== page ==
Adventure filmmakers Taylor Rees and Renan Ozturk thought it would be a mellow working vacation: they’d capture footage of four young Brits as they traversed 250 miles of Iceland’s fissured terrain, starting in December. Aspiring explorers Charlie Smith, Stefan Rijnbeek, Angus Dowie, and Archie Wilson (all either 19 years old or 20) planned to weave a line from the island nation’s northernmost nexus with the Norwegian Sea to its southernmost boundary with the North Atlantic. They branded the expedition as the first continuous, unsupported winter crossing of the island nation (a claim that was later refuted by a veteran of the Icelandic Alpine Club).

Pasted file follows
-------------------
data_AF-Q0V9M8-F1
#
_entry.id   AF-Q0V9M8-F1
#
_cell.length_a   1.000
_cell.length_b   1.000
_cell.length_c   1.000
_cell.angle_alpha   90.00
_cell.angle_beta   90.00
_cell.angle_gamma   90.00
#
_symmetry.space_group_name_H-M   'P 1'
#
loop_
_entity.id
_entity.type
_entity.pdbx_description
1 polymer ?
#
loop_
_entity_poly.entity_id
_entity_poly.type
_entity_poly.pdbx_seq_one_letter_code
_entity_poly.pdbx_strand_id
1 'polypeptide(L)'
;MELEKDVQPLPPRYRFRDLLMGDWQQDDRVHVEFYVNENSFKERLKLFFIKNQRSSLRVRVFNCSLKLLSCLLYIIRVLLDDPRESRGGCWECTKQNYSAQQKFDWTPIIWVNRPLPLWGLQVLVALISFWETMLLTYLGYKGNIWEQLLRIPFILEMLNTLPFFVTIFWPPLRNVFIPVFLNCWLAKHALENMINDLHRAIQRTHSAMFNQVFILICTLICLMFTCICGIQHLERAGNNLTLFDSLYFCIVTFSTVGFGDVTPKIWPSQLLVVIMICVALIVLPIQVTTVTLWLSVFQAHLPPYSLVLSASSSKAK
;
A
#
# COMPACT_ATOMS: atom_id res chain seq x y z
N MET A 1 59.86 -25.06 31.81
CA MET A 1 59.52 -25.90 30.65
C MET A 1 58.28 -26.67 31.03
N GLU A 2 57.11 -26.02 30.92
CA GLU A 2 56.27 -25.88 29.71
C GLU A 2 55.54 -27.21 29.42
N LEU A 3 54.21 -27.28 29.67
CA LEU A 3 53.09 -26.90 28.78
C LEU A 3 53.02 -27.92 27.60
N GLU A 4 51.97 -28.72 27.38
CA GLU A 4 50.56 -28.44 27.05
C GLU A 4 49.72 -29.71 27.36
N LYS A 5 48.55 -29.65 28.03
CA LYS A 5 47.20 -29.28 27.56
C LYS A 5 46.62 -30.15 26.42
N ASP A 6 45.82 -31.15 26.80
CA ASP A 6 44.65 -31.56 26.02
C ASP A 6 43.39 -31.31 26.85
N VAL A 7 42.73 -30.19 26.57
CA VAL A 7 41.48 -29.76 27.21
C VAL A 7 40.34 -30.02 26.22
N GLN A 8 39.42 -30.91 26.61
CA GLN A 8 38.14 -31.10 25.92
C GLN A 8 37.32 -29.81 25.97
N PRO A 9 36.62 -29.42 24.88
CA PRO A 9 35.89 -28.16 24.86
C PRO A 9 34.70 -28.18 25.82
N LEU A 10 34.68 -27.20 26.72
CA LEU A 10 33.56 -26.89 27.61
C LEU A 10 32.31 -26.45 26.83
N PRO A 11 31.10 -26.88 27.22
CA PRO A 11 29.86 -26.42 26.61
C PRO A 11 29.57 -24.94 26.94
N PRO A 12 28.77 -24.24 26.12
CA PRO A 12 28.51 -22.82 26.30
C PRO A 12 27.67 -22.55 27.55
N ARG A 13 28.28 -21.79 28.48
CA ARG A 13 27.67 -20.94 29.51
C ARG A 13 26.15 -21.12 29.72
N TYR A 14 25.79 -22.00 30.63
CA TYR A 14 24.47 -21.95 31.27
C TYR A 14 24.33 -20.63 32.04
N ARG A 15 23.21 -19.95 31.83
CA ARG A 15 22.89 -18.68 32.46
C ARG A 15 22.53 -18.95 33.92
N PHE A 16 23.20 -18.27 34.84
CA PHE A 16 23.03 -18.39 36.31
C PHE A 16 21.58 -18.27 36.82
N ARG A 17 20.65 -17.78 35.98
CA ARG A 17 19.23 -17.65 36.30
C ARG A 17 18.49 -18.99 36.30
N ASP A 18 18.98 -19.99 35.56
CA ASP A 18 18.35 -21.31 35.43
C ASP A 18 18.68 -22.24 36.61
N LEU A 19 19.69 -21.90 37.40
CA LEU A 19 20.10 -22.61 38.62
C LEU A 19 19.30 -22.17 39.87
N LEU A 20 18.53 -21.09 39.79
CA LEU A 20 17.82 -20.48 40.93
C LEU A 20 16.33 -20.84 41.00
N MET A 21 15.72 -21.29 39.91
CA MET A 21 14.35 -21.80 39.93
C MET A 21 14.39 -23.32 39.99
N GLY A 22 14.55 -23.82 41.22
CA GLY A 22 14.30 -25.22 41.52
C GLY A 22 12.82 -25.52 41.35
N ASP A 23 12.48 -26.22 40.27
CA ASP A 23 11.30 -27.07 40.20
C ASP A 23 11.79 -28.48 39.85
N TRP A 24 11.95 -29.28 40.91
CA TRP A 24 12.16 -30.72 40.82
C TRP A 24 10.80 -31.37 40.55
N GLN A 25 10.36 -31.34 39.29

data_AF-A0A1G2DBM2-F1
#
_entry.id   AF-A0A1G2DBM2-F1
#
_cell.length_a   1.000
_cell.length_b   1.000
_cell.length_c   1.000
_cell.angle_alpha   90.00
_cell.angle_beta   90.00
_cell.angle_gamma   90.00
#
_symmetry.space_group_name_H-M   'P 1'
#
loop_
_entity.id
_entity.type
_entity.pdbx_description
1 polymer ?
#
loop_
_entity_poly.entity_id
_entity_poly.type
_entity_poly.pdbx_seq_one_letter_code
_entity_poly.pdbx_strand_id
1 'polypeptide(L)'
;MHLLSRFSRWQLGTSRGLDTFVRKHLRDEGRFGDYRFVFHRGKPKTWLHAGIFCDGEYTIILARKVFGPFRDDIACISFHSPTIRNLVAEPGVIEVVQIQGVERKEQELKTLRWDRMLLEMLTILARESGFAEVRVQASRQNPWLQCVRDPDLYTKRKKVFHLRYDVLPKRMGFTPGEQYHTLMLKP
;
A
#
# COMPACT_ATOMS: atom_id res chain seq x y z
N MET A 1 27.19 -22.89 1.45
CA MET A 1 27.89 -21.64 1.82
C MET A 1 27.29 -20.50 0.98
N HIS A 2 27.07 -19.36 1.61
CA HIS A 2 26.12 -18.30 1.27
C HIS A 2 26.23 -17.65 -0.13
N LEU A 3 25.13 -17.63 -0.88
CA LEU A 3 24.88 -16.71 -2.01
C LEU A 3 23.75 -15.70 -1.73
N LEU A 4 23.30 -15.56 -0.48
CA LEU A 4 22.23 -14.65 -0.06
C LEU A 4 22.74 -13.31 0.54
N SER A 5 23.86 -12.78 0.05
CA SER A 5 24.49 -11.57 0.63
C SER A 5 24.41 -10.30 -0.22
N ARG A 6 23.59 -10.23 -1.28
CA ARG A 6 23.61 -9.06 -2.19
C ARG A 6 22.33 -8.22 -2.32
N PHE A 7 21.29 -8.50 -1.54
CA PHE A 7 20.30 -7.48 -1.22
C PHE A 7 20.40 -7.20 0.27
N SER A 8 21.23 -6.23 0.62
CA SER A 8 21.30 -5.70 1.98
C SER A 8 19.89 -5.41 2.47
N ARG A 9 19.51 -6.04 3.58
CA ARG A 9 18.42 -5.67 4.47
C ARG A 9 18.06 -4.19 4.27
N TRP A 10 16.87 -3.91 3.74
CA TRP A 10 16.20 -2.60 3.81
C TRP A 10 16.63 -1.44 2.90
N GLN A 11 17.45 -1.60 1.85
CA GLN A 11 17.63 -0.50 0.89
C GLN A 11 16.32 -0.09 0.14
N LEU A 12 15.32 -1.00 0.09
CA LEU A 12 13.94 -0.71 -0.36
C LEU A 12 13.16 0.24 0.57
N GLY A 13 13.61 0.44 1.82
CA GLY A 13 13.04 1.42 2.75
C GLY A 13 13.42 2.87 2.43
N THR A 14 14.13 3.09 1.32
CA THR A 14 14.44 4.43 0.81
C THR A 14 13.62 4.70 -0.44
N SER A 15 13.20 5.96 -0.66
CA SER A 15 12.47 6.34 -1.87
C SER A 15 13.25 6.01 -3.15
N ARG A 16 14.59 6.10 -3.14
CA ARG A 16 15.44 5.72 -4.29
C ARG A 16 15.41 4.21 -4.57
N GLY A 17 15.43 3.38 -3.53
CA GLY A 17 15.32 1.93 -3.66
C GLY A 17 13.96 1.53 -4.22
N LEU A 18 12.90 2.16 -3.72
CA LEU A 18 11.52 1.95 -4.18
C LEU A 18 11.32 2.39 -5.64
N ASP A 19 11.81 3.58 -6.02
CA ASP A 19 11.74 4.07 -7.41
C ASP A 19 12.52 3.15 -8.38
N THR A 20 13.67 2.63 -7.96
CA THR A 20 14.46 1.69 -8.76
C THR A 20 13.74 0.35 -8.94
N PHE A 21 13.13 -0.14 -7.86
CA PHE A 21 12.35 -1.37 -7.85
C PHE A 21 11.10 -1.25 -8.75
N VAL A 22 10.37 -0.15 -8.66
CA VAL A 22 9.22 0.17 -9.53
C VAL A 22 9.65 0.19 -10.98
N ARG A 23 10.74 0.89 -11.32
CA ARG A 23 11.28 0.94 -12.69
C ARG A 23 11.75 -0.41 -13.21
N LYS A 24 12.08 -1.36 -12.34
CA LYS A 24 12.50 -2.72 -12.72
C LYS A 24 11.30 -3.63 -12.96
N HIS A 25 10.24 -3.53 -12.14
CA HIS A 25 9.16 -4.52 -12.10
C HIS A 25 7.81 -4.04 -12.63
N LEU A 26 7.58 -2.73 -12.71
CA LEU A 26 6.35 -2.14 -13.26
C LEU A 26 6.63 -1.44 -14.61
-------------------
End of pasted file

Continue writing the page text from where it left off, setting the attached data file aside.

They hoped their example would inspire young folks to get outdoors. But the crossing wasn’t as simple as they’d hoped. “The conditions here are far beyond anything we could have expected,” Ozturk wrote on Facebook during the expedition. “And when storms like these blow sleeting wet snow and soak even our outer Gortex [sic] layers, survival becomes so critical that the quality of shooting seems futile.”
Here’s a look at the expedition, and where and when it went wrong.
Photo: December 2: Icelandic Association for Search and Rescue (ICE-SAR) project manager Brandur Örn Arnarson (left) discusses the team’s route with expedition leader Charlie Smith. Brandur spelled out the route’s hazards and suggested a safer path to avoid rivers and glaciers. “Brandur told us that he wouldn’t personally cross Iceland in winter, but that he understood why we’d want to do it,” Smith said.